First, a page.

Jonathan Craik, London. Ana Faggi, Buenos Aires. Sebastian Miguel, Buenos Aires. Leslie Vorraber, Buenos Aires.
March 9, 2015
Parks have been significant sources of open space in urban history, ranging from private, even sacred spaces to fully public spaces serving as central points of social interaction and recreation (Stanley et al. 2012). On any given day, many thousands of people spend several hours outdoors in their local park simply living their lives. In addition to the explicit ‘reasons’ why people visit parks (take children, walk, play, or practice some sport), they are also places for solitude, places to think or talk things out, or places designated for slowing the pace of life (Greenhalgh and Parsons 2004). What are the principal and most common reasons people use green and open spaces? Surely having data on their desires would be important input to key city management planning. We interviewed park and plaza visitors in Buenos Aires to find out what attracted them to such spaces.
Public green spaces across Latin America have traditionally been favourite meeting places for people from all walks of life and all ages because of their association with air, light and nature, as well as culture and multiculturalism. Today more than ever before, and in common with the rest of the world, these spaces cater to a wide range of needs and provide society with social, environmental and economic benefits (Faggi et al. 2015).
In Buenos Aires, as in many cities around the world, parks and plazas have been designed as sites of aesthetic reflection or for specific social practices following a “top-down” planning approach (Stanley et al. 2012). While parks are large and contain a multifaceted green infrastructure, plazas are open space framed by buildings on most sides and usually hard surfaced. Both can host a diversity of civic activities and tend to be multipurpose. In Buenos Aires, by the late nineteenth century, green spaces began to be relevant urban areas in social life. Large public parks arose under the influence of French and English landscaping models coinciding with the hygienist movement in its attempts to relieve the burden of urban living. These transformations in the urban matrix produced structural and functional changes in Latin American cities that gradually departed from their colonial past, with tiny dry plazas between blocks, to striking landscaped big parks playing a central role as places for social integration (Faggi and Ignatieva, 2009).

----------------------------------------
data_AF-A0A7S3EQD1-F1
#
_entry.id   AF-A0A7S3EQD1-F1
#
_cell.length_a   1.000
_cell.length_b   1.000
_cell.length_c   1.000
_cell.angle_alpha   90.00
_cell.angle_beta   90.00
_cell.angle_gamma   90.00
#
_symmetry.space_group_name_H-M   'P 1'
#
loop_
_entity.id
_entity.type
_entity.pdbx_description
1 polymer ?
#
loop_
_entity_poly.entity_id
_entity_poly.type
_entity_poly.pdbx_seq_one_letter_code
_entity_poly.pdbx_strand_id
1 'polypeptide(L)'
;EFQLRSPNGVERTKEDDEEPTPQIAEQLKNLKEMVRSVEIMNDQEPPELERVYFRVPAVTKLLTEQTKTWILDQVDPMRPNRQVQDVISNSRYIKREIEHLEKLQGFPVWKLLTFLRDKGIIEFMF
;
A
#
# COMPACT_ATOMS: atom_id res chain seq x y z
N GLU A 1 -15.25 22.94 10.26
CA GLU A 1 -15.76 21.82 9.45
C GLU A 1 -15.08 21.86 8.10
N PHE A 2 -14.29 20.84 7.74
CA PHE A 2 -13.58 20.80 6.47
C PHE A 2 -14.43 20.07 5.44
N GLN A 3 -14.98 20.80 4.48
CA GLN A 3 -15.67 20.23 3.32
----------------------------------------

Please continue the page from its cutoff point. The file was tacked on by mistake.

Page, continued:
What is it that makes someone feel attracted to a park or a plaza? How can size and form of a green space influence how it is used?
Surveying users to explore public perceptions of parks and plazas
In Buenos Aires, we compared representative parks and plazas in the federal city by interviewing users to explore peoples’ perceptions of the spaces. We wanted to know what people thought about the quality of the green spaces and how they used them. Plazas are smaller neighbourhood green and open spaces (up to 1 hectare), which tend to serve only local residents. Parks are larger areas, more than 2 hectares, which people take pains to visit because of their scenic qualities and diverse potential for activities.
Interviewees preferred parks for practicing sports (running, yoga, aerobics, riding a bike) and recreational activities, while they preferred plazas for relaxation, to walk or stroll, and for other psychological benefits. We found no differences between parks and plazas when assessed by benefits such as social interaction or the opportunity to breathe fresh air.